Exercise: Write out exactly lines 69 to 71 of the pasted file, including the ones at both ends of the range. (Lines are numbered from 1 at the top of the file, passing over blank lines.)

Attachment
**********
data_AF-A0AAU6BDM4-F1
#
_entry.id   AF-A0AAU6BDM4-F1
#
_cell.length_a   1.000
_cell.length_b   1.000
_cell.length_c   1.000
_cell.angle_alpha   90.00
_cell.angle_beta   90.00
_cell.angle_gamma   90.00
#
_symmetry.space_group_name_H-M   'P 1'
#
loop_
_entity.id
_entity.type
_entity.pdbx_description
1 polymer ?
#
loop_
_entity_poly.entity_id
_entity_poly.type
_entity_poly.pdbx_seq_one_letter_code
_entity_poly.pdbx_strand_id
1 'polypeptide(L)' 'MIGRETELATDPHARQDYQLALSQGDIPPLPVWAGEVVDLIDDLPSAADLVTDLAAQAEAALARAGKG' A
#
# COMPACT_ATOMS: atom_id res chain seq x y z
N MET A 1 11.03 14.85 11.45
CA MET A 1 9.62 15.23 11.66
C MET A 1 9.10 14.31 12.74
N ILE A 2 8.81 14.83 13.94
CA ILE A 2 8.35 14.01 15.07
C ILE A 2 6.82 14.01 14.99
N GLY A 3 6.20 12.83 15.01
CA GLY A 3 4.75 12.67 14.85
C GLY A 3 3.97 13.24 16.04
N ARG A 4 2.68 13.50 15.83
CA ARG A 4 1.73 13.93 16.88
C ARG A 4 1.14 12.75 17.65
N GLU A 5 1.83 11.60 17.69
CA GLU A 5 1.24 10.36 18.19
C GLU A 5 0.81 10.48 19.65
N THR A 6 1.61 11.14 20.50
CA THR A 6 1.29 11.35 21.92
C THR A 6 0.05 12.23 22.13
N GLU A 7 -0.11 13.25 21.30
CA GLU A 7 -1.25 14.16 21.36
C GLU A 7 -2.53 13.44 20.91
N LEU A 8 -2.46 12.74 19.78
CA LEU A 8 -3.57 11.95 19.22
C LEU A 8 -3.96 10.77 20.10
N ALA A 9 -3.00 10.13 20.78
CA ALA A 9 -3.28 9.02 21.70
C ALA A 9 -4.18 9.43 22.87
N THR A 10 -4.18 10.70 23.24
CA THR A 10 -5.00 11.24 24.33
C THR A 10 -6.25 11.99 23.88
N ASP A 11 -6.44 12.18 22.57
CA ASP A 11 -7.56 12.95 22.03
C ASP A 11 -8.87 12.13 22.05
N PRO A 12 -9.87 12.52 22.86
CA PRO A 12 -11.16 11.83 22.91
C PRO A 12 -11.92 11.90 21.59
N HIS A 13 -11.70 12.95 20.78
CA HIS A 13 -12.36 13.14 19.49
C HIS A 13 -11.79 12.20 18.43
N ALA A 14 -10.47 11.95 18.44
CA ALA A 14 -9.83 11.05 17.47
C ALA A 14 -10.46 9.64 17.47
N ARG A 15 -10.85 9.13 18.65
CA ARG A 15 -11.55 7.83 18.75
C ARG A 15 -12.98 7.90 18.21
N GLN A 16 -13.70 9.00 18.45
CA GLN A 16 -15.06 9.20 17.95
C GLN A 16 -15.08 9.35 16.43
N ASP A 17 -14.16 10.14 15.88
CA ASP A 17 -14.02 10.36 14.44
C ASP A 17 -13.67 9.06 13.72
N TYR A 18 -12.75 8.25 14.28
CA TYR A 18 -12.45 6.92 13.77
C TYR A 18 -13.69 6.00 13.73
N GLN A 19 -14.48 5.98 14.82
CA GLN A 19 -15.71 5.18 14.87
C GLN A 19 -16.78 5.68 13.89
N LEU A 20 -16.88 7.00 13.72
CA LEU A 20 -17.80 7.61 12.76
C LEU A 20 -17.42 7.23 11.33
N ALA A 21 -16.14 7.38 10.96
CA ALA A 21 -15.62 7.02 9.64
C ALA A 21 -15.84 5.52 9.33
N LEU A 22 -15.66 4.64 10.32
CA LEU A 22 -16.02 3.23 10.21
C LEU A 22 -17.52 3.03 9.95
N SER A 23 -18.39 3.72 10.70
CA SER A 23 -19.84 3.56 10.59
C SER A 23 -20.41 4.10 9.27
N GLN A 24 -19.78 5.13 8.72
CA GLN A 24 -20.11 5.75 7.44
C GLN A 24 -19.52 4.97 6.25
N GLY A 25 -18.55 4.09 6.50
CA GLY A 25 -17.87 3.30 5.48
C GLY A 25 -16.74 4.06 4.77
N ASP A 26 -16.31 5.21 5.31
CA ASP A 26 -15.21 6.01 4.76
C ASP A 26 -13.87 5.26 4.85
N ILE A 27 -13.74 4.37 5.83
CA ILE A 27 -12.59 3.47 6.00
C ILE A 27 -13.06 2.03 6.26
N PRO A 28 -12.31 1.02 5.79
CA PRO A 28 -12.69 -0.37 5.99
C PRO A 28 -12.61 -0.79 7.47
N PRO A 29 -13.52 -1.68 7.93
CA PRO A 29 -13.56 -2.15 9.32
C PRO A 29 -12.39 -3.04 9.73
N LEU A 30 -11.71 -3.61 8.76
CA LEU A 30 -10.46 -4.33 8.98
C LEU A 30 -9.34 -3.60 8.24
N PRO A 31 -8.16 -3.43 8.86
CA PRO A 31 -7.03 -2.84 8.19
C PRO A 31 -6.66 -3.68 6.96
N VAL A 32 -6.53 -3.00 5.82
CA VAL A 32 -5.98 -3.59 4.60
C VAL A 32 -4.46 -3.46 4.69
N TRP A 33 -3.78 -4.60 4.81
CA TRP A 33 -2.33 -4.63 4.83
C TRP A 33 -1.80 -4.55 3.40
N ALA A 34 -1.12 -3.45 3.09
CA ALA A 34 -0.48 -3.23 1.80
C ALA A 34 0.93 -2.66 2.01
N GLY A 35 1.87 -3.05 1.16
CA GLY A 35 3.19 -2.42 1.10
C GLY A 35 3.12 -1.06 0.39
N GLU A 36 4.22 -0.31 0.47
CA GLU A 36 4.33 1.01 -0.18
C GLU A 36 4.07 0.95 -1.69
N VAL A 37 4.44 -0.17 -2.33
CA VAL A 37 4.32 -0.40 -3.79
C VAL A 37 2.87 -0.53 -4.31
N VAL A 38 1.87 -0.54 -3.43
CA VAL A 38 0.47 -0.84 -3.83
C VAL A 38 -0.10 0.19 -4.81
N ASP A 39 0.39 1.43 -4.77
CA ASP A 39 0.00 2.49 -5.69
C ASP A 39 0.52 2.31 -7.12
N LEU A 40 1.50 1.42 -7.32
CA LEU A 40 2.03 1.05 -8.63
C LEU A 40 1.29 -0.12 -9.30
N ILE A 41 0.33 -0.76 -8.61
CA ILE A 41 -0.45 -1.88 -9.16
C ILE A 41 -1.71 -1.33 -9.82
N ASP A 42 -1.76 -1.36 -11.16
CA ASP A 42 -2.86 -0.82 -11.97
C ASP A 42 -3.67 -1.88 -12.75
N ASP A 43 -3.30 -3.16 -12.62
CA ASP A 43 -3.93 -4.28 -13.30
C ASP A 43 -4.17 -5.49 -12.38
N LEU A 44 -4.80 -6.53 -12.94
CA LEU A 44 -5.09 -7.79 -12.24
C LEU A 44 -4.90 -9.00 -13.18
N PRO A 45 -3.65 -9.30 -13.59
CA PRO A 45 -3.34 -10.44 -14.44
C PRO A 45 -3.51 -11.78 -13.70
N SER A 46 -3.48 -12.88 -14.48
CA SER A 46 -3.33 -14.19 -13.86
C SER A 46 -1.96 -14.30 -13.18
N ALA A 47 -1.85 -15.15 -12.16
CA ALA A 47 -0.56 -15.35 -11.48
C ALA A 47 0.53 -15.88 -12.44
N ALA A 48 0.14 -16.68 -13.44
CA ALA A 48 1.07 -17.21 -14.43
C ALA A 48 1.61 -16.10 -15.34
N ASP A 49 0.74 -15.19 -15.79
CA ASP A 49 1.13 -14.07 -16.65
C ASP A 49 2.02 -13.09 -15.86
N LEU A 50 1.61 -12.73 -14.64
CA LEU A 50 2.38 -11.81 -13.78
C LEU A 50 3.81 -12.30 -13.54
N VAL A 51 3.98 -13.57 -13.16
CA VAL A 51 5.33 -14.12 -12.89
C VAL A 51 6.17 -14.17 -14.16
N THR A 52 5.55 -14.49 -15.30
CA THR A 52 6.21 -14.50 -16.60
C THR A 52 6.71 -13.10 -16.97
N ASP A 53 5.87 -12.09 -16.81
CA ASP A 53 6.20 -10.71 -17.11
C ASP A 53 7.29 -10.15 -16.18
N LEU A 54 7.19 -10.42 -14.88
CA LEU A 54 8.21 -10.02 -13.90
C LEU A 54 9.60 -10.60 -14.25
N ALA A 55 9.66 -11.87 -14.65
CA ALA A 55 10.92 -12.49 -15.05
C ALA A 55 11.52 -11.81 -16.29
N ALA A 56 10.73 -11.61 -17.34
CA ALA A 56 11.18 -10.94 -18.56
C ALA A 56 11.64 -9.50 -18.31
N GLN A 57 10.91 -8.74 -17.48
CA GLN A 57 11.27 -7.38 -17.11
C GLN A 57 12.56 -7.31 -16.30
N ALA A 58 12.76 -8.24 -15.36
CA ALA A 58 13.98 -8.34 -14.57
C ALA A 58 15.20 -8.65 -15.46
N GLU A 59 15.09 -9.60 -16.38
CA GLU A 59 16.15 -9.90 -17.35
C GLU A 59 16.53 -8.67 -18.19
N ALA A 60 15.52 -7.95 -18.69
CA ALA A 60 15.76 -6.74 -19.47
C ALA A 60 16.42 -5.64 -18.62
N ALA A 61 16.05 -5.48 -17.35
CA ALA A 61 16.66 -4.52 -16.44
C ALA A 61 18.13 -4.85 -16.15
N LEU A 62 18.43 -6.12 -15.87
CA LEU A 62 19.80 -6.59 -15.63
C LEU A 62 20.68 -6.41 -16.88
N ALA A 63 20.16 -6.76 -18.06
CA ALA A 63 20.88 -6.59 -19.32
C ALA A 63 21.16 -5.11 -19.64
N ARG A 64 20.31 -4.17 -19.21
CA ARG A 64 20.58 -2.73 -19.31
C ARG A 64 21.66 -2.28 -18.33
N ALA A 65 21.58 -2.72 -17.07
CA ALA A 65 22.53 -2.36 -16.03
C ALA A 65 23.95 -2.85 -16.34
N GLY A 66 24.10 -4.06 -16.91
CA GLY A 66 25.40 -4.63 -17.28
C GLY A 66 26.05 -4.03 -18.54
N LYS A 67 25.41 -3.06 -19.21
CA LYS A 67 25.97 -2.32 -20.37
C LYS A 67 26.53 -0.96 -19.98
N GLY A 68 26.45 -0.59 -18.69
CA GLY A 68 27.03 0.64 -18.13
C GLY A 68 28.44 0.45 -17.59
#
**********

C ALA A 14 -10.46 9.64 17.47
N ARG A 15 -10.85 9.13 18.65
CA ARG A 15 -11.55 7.83 18.75